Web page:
Tuesday, 24 October 2006
Question 100: To ask the Minister for Education and Science her views on whether her Department has failed to invest sufficiently in second level education as reflected in Ireland's position at 29th out of 30 countries in the OECD league table by GDP and 24th by GNP and that, notwithstanding investment in special needs and international students, the vast majority of second level students here have not seen a reduction in class sizes; if she will commit to providing 1,000 additional second level teachers in 2007; and if she will make a statement on the matter. [34240/06]
I am pleased to inform the House that funding for second level education has improved significantly since 2003, the financial year indicated in the OECD report referred to by the Deputy.
Spending by my Department on second level education increased by 17% between 2003 and 2005. In 2005, €2.7 billion was spent on second-level education, up from €2.3 billion in 2003 and €1.25 billion in 1997. These increases have allowed major progress to be made both in the staffing and in the day-to-day funding of our schools.
With regard to funding, the standard capitation rate increased from €266 per pupil in 2003 to €298 per pupil from 1 January last. In addition, the support services grant for secondary schools has been increased from €127 per pupil in 2003 to €159 per pupil from January last. This per capita grant is in addition to a range of equalisation grants of up to some €15,500 per school per annum that were also approved for voluntary secondary schools. A secondary school with 500 students will this year gain €270,000 for general expenses and support services.
Significant improvements have also been made in the staffing of our second level schools in recent years. With the creation of over 2,000 additional posts and the retention of over 2,100 posts which would otherwise have been lost due to the fall in enrolments, there is now one teacher for every 13 students at second level.
This increase in staffing has dramatically improved the support available to children with special needs at second level. Indeed, there are now over 1,800 teachers working specifically with students with special needs in our second level schools — up from only about 200 such teachers in 1998. In addition, there are more than 500 learning support teachers and more than 1,300 special needs assistants in our second level schools.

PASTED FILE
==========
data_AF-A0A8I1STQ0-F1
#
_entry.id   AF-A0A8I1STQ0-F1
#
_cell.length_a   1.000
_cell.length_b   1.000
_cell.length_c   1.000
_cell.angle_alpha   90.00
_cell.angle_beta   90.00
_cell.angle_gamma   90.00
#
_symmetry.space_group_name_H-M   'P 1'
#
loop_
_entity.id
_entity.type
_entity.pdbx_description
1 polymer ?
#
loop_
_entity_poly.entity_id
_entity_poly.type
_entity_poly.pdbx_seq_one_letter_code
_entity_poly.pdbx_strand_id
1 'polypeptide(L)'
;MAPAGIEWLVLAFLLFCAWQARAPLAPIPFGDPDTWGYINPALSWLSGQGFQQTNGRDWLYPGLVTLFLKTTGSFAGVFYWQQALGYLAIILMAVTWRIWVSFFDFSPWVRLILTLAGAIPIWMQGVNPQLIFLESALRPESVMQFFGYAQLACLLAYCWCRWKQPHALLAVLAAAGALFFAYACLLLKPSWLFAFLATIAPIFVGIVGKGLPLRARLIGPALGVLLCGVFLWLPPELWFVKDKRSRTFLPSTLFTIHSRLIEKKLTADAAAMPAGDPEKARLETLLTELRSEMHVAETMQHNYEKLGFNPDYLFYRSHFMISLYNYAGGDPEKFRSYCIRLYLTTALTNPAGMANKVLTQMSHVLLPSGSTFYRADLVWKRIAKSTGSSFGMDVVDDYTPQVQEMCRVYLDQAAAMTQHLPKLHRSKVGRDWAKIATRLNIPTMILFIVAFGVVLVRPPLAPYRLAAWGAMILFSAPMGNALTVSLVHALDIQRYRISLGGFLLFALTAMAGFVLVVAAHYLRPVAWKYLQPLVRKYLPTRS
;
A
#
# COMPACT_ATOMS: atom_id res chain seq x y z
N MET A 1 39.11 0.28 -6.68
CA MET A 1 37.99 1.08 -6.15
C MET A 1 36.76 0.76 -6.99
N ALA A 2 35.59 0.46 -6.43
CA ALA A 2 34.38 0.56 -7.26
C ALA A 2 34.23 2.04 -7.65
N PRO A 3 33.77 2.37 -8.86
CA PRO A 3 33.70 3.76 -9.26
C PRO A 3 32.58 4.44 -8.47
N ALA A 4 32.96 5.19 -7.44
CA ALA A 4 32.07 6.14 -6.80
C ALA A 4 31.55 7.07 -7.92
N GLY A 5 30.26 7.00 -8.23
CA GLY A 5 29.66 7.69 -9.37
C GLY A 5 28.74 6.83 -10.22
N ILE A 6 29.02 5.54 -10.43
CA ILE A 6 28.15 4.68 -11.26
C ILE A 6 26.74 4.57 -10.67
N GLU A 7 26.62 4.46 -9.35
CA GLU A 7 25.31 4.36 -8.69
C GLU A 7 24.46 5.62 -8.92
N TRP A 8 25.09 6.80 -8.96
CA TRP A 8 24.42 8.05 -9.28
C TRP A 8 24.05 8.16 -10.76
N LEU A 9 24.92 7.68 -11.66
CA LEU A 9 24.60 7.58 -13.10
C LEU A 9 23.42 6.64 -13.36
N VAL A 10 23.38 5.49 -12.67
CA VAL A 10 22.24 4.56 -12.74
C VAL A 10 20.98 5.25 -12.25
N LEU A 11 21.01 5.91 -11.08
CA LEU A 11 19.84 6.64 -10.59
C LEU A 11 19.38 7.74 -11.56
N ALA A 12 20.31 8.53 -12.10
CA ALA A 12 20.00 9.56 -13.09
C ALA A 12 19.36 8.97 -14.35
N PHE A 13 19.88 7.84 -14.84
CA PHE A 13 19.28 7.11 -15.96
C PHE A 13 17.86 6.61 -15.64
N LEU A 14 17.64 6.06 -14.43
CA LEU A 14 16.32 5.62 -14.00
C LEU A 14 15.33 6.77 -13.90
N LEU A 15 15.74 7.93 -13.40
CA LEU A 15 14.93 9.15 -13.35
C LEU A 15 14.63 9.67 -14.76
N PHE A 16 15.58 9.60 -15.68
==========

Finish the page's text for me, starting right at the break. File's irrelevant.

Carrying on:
Additional information not given on the floor of the House.
The number of language support teachers at second level catering for pupils for whom English is a second language has also grown significantly from just over 100 teachers in the 2001-02 school year to nearly 350 such teachers in the current school year.
Guidance provision has also been improved, with an additional 100 guidance posts allocated in the 2005-06 school year. The additional posts included provision for a further improvement in the allocation of guidance hours for post-primary schools participating in the DEIS programme. There are currently a total of 683 whole-time equivalent posts allocated for guidance in post-primary schools.
With regard to class size as referred to by the Deputy, it is significant to note that at lower second level, Irish schools had the fifth lowest average class size in 2004 among OECD countries. Ireland's average class size was 19.8 compared to the OECD average of 23.8. Class size will vary between subjects and levels and schools are given discretion as to how they use their teaching staff.
Major improvements have been made in both the funding and the staffing of our second level schools in recent years. I assure the Deputy that I will continue to prioritise further progress in both these areas.
No more than the Minister's commitment in An Agreed Programme for Government to reduce class sizes in primary schools, will she admit that she has failed with regard to educational investment at second level? Will she acknowledge she is using this special needs and language support argument as a hoary old chestnut? The reality is she is not spending enough on education and as a result, 30,000 second level students are in classes of more than 30 students. Will she also acknowledge that although there has been an increase in the past number of years, we are still in the bottom half of OECD spending? Ireland was ranked 29th out of 30 countries using GDP figures and 24th out of 30 OECD countries using GNP figures. Will the Minister acknowledge this is a shame in terms of educational investment?
It is a case of dealing with mainstream students and special needs students and the Minister has failed the mainstream students. It is not a case of "either, or". The Minister should not use that chestnut in this House with me.